With Zakir Hussain making the music and Alonzo King making the dance, the season-launching LINES Ballet show at Yerba Buena Center for the Arts promised to be a good one. Yet the notion of an hour of excerpts, reprised from the duo’s greatest collaborative hits, gave pause. Nothing new? No premieres? And why so short?
Any apprehensions were swept aside the moment the show rolled out at the Blue Shield of California Theater. We’re talking about 60 awe-inspiring minutes, culled from King’s ballets Sutra, Rasa, and Who Dressed You Like a Foreigner? with accompaniment by Hussain, a master composer and musician playing his own work. This would seem to be one of the best outcomes from the pandemic times (See what I did here? The scourge is not over, but it already has its own epoch.), when the troupe wasn’t performing very much and the great works were simply waiting it out while the company’s great dancers, like dancers everywhere, were trying to stay ready and to continue to grow as artists.
There are a few things to consider about an anthology like this one. For one, it does seem to be a highlight reel, in the sense that what’s good and great slides seamlessly into another example of “g and g,” only of a different coloration in mood or style or both. There were also instances of one spectacularly energetic passage knocking right up against another one, which can be a tiresome exercise in too much, too fast — but here, it never seemed to be so. Maybe that’s a function of an audience finally able to stretch toward art, as much as these dancers, having been deprived for so long of a proper outing, an opportunity to move full out, to take chances on a stage, to be welcomed, to be adored.
The lights rose on LINES co-founder and designer Robert Rosenwasser’s rocky backdrop that looked as if constituted of artfully creased gray cardboard. It was surmounted on the left side by Hussain and his kit, which included tablas, bells, recorders, electronic audio devices, and instruments specific to Carnatic Indian music. I was intrigued by the sound of the device that, as it whirled over the musician’s head, seemed to have wind blowing into it and then out of it; it looked like a nylon stocking and sounded like a didgeridoo. And there were bells that burbled, creek-like. How does that happen? It was all a wonderful mystery. Hussain’s artistic output, his percussive symphony throughout, seemed a benevolent message from on high, perched as he was above the dancers. The music seemed utterly fitting to every step below, organically sensible and sensitive, never too loud or too soft.
Adji Cissoko — she of the endless extensions, perfect aplomb, perfect balances, and turns on point — opened the proceedings and was soon joined by two rolling bundles of interlocked dancers who then opened up and, with the addition of others, totaled 13.
They formed a centipede, arms and legs propelling playfully, which then arrayed into wonderful jogging moves, lunges breaking into huge jetés. There was fabric play; a tall fellow marched by in a stretchy suit that made him look like Gumby by way of Mummenschanz. A dust devil whirled gorgeously onto the stage, lit by Alex Morgenthaler; he was wrapped in sunshine-colored gauzy fabrics, the ochre, yellow, and orange ultimately scattering on the floor. The company took them up, swooped and hid and revealed and made them part of their movement. Probably this was from Who Dressed You Like a Foreigner? Dressed by Rosenwasser and assistant co-designer Sandra Woodall.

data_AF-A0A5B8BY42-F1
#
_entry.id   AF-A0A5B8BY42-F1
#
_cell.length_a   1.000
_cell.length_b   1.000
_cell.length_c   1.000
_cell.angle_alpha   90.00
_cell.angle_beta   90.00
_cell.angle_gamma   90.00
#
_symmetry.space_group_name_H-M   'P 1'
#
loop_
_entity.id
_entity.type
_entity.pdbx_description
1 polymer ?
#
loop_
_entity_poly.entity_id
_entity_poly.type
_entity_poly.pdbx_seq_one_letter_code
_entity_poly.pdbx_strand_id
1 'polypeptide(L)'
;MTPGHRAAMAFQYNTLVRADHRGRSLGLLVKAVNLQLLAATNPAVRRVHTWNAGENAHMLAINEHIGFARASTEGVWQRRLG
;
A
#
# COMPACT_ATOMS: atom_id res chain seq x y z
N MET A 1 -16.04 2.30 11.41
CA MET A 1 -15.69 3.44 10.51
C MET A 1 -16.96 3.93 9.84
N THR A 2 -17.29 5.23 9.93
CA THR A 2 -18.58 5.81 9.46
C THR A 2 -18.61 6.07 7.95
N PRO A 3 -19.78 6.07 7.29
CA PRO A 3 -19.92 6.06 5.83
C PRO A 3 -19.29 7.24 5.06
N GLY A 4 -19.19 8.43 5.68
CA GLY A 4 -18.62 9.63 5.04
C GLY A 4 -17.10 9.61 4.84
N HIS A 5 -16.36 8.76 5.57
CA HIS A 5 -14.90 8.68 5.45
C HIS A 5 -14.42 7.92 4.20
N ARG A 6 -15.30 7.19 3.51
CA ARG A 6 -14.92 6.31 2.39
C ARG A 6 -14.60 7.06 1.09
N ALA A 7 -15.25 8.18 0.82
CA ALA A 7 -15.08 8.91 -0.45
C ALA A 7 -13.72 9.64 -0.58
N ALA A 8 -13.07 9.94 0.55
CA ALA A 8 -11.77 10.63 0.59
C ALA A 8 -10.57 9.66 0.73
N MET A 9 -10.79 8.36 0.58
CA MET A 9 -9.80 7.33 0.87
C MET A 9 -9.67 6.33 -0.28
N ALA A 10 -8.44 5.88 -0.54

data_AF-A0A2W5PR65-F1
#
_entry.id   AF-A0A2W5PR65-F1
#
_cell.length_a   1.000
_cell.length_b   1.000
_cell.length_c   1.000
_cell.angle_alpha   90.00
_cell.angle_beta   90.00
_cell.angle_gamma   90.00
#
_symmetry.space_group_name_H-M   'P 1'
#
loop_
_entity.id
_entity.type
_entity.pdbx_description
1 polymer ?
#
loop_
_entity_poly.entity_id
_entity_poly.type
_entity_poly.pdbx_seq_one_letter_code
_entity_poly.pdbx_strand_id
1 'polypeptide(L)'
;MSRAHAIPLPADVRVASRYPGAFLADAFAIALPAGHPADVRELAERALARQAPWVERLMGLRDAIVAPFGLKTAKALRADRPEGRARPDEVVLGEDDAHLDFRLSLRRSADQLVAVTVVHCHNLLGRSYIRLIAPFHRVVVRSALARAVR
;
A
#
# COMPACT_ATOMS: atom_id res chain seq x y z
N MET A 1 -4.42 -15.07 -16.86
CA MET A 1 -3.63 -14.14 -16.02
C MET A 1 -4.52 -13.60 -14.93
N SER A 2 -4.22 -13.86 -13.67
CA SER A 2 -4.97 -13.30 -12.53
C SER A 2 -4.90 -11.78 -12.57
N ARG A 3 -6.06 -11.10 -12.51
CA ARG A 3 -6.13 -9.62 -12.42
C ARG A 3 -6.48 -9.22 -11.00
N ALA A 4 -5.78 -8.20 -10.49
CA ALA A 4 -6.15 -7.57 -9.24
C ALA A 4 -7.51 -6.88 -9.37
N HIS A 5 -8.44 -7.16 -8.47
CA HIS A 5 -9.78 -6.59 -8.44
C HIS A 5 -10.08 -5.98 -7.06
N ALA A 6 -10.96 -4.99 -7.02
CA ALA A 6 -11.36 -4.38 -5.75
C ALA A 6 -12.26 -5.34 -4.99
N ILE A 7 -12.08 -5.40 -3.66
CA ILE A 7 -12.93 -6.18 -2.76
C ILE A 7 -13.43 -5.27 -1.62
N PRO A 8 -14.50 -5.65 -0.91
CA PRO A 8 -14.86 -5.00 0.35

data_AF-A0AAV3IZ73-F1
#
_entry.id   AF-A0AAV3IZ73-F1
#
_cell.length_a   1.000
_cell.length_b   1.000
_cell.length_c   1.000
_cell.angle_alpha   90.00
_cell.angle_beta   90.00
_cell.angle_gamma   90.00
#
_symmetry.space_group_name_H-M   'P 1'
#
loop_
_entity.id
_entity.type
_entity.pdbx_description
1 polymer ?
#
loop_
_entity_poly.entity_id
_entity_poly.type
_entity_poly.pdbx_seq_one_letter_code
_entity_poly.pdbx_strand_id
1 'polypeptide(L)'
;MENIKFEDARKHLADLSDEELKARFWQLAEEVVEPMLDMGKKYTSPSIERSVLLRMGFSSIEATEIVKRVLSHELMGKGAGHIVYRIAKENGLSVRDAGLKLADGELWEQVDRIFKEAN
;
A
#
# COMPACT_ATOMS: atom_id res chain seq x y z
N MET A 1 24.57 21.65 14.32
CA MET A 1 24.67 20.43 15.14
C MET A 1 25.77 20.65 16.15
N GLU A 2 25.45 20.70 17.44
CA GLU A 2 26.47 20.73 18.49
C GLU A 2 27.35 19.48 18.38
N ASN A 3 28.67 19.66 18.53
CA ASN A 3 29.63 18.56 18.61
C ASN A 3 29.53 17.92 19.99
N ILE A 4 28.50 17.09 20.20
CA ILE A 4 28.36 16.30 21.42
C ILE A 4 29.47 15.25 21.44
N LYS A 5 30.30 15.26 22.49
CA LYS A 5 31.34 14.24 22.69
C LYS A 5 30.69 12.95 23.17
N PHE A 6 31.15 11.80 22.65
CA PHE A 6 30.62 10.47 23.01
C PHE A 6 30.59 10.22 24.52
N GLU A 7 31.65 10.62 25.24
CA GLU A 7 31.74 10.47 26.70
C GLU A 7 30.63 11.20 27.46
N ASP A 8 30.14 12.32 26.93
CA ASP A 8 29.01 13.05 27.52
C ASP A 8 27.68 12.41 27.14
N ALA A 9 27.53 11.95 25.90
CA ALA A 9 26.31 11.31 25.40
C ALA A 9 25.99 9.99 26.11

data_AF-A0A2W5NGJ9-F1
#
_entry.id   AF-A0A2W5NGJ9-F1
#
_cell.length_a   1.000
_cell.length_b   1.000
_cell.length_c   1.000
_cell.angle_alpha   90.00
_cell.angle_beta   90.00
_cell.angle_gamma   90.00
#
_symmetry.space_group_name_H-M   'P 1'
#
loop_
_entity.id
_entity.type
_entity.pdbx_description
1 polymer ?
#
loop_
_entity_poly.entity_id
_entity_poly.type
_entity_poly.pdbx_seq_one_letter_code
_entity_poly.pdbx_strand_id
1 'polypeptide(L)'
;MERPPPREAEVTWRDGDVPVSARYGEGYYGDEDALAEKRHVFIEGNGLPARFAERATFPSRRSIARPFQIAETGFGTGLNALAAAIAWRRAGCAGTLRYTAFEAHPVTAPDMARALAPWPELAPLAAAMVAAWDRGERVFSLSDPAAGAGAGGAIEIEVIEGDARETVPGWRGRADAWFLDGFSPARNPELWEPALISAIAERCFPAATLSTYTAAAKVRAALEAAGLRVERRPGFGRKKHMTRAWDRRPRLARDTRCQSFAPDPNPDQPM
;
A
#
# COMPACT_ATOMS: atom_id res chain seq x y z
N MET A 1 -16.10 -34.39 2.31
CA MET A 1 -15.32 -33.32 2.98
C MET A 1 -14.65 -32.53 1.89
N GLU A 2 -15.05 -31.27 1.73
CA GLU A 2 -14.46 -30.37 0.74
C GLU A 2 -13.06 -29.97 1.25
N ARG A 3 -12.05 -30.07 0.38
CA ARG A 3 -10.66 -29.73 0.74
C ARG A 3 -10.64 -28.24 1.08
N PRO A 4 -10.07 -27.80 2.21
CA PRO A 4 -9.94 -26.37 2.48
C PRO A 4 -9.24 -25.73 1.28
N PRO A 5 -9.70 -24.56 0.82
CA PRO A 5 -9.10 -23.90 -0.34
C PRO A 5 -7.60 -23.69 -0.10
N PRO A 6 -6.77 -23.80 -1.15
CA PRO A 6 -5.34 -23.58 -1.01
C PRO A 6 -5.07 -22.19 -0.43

If you’re thinking the program was short on description, you’re right. What new connective tissue was there, if any existed among the excerpts, is known only to the company and seemed of little consequence. But the dancers need recognition, and attention must be paid: Cisokko, Babatunji Johnson, Madeline DeVries, Theo Duff-Grant, Lorris Eichinger, Shuaib Elhassan, Joshua Francique, James Gowan, Ilaria Guerra, Maya Harr, Marusya Madubuko, Michael Montgomery, and Tatum Quiñónez.
There was much, much more in the hour, with soloists and platoons arriving, amazing, and departing in unbroken grace, King’s unique voice underpinned by the dancers’ superb grounding in classical ballet and modern dance vocabulary. At about the 50-minute mark, one wondered how long they could sustain that output, that bespoke energy. And that was when there was a stunningly quiet and eloquent pas de deux, with the lineaments of a story. It seemed to speak of love and its pleasures and discontents; it was subtle, it was compelling, and it came to a sweet embrace, a quiet, gentle resolution.
Onstage, it began to snow. The lights went out. When they came back on, the dancers took their bows to a standing ovation. The dancers smiled, the dancers grinned, Hussain came down from his perch, King walked on, the audience roared, and for the cool kids in black who filled the black box theater Sunday afternoon, it seemed like the place to be. And who could disagree with that?